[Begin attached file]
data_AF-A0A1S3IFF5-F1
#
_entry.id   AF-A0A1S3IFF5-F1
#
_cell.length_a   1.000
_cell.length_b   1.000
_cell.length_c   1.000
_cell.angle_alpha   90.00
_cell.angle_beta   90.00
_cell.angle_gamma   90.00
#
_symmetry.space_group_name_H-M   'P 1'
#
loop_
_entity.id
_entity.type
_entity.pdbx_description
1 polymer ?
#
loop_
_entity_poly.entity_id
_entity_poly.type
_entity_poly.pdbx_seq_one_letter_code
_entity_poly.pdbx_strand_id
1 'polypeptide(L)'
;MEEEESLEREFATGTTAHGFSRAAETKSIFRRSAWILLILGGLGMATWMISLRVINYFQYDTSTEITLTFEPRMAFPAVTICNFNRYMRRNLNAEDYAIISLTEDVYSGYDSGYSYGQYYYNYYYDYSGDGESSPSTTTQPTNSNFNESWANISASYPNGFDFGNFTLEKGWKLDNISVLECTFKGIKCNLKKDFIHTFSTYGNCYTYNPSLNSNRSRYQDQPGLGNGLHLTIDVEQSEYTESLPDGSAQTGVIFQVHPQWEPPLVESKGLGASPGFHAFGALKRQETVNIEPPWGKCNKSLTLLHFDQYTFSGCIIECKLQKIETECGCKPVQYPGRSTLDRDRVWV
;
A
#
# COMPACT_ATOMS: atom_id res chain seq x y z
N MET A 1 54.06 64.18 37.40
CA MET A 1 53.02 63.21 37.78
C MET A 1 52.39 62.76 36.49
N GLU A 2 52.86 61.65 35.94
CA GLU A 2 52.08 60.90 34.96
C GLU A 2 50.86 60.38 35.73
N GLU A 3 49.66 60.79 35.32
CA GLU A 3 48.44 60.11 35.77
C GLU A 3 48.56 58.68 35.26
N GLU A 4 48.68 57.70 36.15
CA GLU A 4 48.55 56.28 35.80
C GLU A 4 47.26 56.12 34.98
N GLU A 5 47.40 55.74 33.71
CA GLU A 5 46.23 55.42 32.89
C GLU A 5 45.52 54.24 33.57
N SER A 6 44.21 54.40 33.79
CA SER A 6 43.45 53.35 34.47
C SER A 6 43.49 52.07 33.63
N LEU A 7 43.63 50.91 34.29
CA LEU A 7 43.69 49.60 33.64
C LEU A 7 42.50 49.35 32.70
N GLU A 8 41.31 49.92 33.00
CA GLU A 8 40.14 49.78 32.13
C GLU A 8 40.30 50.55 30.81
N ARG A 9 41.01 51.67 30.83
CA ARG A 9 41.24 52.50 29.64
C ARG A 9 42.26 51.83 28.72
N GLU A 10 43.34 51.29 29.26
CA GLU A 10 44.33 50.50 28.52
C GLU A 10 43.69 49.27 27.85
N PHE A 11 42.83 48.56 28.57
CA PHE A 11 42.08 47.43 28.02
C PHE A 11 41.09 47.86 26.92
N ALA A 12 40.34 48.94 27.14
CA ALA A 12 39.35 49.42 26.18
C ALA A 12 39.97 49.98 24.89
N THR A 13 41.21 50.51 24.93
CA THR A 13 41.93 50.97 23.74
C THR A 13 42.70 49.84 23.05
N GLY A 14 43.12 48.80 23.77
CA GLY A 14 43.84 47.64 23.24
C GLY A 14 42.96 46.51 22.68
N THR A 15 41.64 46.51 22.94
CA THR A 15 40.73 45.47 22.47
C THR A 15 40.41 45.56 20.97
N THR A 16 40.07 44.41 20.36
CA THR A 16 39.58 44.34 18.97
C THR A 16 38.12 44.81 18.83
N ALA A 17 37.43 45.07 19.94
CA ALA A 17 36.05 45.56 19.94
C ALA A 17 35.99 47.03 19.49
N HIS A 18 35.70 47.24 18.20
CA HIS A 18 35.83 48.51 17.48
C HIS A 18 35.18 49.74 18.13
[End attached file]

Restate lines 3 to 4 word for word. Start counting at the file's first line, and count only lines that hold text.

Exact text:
_entry.id   AF-A0A1S3IFF5-F1
#